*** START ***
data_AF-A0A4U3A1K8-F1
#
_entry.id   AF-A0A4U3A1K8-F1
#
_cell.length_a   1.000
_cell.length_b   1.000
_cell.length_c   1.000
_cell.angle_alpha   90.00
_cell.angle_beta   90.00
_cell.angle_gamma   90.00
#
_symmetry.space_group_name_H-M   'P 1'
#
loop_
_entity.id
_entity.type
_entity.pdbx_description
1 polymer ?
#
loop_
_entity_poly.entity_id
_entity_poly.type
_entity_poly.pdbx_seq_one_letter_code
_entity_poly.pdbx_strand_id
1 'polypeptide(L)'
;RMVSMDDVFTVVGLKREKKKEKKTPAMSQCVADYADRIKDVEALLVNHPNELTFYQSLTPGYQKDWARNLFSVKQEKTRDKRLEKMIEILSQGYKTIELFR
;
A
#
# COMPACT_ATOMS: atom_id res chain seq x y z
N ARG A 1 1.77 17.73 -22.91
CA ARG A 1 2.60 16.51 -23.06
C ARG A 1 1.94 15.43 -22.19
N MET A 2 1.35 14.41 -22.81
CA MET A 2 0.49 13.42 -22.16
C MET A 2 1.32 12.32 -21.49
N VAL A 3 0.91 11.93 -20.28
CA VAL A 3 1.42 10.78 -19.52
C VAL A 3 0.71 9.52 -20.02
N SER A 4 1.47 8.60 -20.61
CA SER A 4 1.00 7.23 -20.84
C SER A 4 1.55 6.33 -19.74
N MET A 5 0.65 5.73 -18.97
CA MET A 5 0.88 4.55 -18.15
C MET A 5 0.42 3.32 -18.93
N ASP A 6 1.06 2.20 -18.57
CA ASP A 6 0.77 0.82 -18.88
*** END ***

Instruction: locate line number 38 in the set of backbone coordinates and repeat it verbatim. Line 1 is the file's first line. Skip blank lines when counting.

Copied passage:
CA VAL A 3 1.42 10.78 -19.52